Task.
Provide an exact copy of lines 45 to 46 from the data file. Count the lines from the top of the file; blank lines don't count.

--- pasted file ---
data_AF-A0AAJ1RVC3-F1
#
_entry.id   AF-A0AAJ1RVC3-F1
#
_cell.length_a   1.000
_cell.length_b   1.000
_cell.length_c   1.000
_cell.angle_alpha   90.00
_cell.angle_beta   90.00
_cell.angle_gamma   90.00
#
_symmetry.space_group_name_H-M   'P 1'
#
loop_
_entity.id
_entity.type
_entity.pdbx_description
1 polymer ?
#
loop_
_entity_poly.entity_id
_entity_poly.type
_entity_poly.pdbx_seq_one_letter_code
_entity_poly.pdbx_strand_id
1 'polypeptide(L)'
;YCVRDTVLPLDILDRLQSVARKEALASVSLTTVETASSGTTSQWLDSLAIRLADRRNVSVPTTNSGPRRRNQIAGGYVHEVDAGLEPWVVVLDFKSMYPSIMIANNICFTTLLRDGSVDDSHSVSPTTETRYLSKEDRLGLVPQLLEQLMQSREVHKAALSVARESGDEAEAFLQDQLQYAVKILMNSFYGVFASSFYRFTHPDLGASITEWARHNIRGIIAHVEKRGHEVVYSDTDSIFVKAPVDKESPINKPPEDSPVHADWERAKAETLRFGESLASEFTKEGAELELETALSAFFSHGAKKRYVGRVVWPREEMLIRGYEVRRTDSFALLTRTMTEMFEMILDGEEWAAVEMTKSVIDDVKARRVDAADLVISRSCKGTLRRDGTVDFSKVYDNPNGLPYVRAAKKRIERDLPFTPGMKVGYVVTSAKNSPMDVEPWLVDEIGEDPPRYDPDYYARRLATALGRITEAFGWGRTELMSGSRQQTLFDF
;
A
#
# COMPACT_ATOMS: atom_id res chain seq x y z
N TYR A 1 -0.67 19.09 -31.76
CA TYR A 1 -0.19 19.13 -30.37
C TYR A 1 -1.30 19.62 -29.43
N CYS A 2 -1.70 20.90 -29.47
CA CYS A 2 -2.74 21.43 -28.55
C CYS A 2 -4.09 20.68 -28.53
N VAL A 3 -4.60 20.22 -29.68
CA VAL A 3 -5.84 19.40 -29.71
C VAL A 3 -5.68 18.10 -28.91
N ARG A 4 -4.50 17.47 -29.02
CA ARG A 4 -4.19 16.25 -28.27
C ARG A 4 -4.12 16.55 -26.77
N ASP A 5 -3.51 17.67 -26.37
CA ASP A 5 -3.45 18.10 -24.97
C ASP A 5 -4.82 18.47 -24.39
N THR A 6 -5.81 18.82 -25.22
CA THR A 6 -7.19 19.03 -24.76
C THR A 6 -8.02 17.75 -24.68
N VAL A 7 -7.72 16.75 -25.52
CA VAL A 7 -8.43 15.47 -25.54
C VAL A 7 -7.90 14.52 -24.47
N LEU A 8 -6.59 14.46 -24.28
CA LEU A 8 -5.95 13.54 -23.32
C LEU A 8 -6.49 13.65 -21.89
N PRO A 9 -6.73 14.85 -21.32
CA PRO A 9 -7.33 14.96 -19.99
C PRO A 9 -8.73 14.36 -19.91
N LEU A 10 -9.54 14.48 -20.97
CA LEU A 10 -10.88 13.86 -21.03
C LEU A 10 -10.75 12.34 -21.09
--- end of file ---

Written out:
C ASP A 5 -4.82 18.47 -24.39
N THR A 6 -5.81 18.82 -25.22